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About 5% of all children in the Western world fulfill diagnostic criteria for attention deficit–hyperactivity disorder (ADHD),1 and a large proportion of such children are treated pharmacologically.2 ADHD has been associated with criminality3,4 and externalizing disorders.5Beneficial short-term effects of ADHD medication on symptoms of ADHD and associated conduct problems have been shown in numerous randomized, controlled studies involving children6-8 and adults.9-11 ADHD symptoms are largely persistent from childhood into adulthood,12 but one prominent feature of ADHD treatment is that the discontinuation of medication is common,13,14especially in adolescence and early adulthood.15 The importance of treatment discontinuation for criminality and other longer-term outcomes is largely unknown.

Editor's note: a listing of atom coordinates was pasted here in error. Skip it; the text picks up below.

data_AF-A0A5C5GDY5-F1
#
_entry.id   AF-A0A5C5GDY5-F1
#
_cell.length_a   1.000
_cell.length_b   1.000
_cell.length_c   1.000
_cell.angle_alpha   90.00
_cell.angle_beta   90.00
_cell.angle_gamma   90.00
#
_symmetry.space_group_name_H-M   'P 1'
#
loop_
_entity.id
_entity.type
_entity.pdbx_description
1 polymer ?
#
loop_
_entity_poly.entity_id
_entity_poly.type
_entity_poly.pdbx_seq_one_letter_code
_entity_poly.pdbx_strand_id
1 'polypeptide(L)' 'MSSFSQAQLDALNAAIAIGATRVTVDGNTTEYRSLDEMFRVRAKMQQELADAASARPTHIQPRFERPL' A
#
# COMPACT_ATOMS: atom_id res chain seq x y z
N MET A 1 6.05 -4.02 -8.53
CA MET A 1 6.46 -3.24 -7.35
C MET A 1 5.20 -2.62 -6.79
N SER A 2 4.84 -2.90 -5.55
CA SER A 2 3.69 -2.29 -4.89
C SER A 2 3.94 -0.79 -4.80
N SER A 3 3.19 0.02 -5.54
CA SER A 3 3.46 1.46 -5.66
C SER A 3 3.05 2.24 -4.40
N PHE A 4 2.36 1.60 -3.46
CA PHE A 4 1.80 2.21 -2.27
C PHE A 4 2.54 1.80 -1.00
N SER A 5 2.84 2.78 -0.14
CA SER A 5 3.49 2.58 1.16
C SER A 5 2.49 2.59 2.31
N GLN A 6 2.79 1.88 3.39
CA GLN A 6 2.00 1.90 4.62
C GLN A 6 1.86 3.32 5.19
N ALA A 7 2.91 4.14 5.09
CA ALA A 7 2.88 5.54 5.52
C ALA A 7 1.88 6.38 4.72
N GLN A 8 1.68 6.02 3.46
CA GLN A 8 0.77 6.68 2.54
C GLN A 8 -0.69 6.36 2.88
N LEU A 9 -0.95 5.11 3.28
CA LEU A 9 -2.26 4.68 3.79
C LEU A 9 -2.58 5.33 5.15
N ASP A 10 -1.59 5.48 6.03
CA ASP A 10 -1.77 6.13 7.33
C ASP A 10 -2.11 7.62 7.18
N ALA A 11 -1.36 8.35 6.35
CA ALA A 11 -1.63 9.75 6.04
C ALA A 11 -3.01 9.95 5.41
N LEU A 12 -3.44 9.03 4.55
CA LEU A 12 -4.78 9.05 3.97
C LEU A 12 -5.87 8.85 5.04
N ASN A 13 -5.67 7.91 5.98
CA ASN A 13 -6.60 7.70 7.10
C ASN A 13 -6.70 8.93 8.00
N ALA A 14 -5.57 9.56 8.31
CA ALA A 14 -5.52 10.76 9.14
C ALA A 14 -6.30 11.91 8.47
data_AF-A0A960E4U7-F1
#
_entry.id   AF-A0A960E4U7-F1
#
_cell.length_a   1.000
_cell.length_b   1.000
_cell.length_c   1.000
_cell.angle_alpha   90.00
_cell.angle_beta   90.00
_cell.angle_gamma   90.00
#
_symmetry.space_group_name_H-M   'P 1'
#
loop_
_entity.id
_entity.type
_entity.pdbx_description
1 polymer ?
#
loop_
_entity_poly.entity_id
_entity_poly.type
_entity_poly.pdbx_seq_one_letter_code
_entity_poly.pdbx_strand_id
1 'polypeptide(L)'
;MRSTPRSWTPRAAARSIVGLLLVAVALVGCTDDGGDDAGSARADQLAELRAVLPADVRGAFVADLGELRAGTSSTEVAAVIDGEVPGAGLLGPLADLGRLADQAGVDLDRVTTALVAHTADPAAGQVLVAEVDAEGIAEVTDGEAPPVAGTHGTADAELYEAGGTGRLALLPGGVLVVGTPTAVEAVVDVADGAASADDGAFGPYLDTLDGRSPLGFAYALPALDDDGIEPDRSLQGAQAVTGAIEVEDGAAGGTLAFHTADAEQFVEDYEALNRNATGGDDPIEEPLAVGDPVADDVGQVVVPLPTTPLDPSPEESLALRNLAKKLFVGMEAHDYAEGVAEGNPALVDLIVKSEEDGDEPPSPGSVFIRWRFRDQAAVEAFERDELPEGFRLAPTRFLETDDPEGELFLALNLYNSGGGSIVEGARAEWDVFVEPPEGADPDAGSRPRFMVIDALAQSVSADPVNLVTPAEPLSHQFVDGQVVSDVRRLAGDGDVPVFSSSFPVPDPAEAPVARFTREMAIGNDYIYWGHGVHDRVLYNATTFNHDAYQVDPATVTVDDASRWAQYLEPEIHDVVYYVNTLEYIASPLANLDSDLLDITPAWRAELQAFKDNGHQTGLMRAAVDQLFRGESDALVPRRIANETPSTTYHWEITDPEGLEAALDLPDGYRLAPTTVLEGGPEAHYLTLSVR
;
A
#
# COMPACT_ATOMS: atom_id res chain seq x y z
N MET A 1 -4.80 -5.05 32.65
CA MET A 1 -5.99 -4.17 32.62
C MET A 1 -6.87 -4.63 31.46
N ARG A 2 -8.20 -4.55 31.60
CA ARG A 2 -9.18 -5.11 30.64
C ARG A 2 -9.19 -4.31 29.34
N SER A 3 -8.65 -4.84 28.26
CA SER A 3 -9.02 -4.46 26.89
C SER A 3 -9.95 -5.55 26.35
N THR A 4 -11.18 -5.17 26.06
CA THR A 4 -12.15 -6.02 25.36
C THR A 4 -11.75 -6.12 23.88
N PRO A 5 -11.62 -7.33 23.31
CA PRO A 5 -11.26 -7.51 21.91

The Multimodal Treatment of Attention Deficit–Hyperactivity Disorder (MTA) study is the largest randomized clinical trial of ADHD medication with long-term follow-up.16-19 The most sensitive measures of treatment (a composite of ADHD symptoms, as rated by parents and teachers) suggested that the benefit of medication at the 14-month assessment had diminished at 36 months.20 No association was observed with early delinquency and substance use at 36 months.19Although the study did not suggest long-term effects of medication, high rates of treatment discontinuation, a lack of placebo-treated controls, and a limited range of outcomes mean that the longer-term effects of ADHD medication remain uncertain. In this study, we used Swedish population-based data to investigate the association between the use of ADHD medication and criminality. Click here to read the full study: http://www.nejm.org/doi/full/10.1056/NEJMoa1203241#t=articleBackground